Opinion 2006 - 11


This opinion represents the views of the Office of the State Comptroller at the time it was rendered. The opinion may no longer represent those views if, among other things, there have been subsequent court cases or statutory amendments that bear on the issues discussed in the opinion.

CONFLICTS OF INTEREST -- Purchases and Sales (from store at which town board member is employed) -- Exceptions (remuneration and duties exception)

GENERAL MUNICIPAL LAW §802(1)(b): When a town board member has an interest in town purchases from an auto parts store solely because the board member is an employee of the store, the interest would not be prohibited if the board member’s duties as an employee of the store do not include the procurement, preparation or performance of any portion of town orders from the auto parts store, he or she is paid a salary by the store and he or she does not receive compensation directly related to sales to the town. The board member’s interest, however, would have to be disclosed in accordance with General Municipal Law §803. Also, the town’s code of ethics should be consulted to ascertain whether it contains any pertinent provisions and, even if not required by the code of ethics, the board member should recuse himself or herself from discussions, and abstain from voting, on matters pertaining to purchases from the store.

You ask whether a salaried town board member would have a prohibited interest if the town makes purchases from an auto parts store that employs the board member as its manager. You state that the board member has no financial ownership interest in the store, that he does not receive commissions for auto parts purchased by the town and that his job at the store “does not rely upon the Town approving payments” to the store. In addition, you provided us with a copy of a letter from the board member’s employer, which states that the board member is a salaried employee of the auto parts store, that he is not “involved in any solicitation of business from the [town]” and that “his regular and ordinary job duties [do not] include the ‘procurement, preparation or performance’ of any portion of [town] orders from the store”. Finally, you inform us that the town purchases, in the aggregate, in excess of $750 of auto parts annually from the store.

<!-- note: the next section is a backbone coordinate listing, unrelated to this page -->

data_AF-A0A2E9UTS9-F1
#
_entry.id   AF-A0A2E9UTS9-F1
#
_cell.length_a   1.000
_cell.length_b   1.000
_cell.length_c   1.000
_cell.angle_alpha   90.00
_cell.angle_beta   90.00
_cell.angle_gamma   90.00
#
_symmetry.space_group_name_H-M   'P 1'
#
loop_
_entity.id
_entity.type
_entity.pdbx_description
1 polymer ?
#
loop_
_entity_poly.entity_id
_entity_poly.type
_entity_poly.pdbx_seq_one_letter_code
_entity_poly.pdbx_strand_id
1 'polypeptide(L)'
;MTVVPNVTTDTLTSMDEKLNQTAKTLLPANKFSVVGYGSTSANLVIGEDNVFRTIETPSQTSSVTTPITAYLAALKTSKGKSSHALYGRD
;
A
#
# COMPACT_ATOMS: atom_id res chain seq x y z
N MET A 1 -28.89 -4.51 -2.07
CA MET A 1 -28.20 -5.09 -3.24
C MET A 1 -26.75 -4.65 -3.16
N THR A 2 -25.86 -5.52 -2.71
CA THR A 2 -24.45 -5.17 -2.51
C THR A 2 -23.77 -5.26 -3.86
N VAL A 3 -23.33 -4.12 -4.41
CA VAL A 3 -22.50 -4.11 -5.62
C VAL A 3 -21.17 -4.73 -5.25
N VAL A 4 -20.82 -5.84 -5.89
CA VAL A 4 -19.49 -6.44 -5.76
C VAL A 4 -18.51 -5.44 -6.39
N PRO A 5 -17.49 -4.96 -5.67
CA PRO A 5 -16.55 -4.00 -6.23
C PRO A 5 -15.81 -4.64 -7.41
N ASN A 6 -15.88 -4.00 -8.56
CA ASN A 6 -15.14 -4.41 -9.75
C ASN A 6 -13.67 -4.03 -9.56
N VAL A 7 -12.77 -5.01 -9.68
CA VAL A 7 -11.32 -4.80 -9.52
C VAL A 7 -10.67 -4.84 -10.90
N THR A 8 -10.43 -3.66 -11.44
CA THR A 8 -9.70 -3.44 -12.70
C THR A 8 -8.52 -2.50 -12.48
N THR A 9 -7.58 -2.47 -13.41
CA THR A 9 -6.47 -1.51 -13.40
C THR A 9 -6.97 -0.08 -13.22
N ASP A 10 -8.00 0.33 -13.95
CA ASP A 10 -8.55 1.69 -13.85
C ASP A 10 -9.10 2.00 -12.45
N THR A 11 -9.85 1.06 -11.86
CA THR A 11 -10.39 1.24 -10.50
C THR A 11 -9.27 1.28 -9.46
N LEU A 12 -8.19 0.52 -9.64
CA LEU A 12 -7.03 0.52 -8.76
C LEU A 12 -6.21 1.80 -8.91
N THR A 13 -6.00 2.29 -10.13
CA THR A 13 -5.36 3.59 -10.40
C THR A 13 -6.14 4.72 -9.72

Article 18 of the General Municipal Law (§§800 et seq.) contains provisions of law that relate to conflicts of interest of municipal officers and employees. Pursuant to General Municipal Law §800(3), a municipal officer or employee has an "interest" in any "contract" with his or her municipality if the officer or employee receives a direct or indirect pecuniary or material benefit as a result of that contract. In addition, irrespective of whether an officer or employee receives a direct or indirect pecuniary benefit from a contract, an officer or employee is deemed to have an interest in any contract of a firm, partnership, association or corporation of which the municipal officer or employee is an employee (General Municipal Law §800[3][b], [c]). A "contract" for this purpose means any claim, account or demand against or agreement with the municipality, whether express or implied (General Municipal Law §800[2]).

Pursuant to General Municipal Law §801(1), unless an exception set forth in section 802 applies, an interest in a contract is prohibited if the officer or employee, individually, or as a member of a board, has any of the following powers or duties set forth in General Municipal Law §801: (a) negotiate, prepare, authorize or approve the contract or approve payments thereunder; (b) audit bills or claims under the contract; or (c) appoint an officer or employee who has any such powers or duties. Any contract willfully entered into in which there is a prohibited interest is null, void and unenforceable (General Municipal Law §804), and any officer or employee who willfully and knowingly violates the provisions of article 18 "shall be guilty of a misdemeanor" (General Municipal Law §805). If an officer or employee has an interest in a contract, that interest generally must be disclosed in writing and included in the official record of the governing board's proceedings (General Municipal Law §803).

The town’s purchases from the auto parts store would constitute “contracts” within the meaning of article 18 (see, e.g., 1996 Opns St Comp No. 96-14, p 31).1 The board member would be deemed to have an “interest” in those contracts because he is an employee of the auto parts store. Unless one or more of the exceptions in section 802 apply, the board member’s interest in the purchase contracts would be prohibited because, as a member of the town board, he has at least one of the powers and duties referred to in section 801 of the General Municipal Law (see, e.g., Town Law §§20[3][b] [appointment of town comptroller], 64[6] [contract awards], 118[1] and 119 [audit of claims]).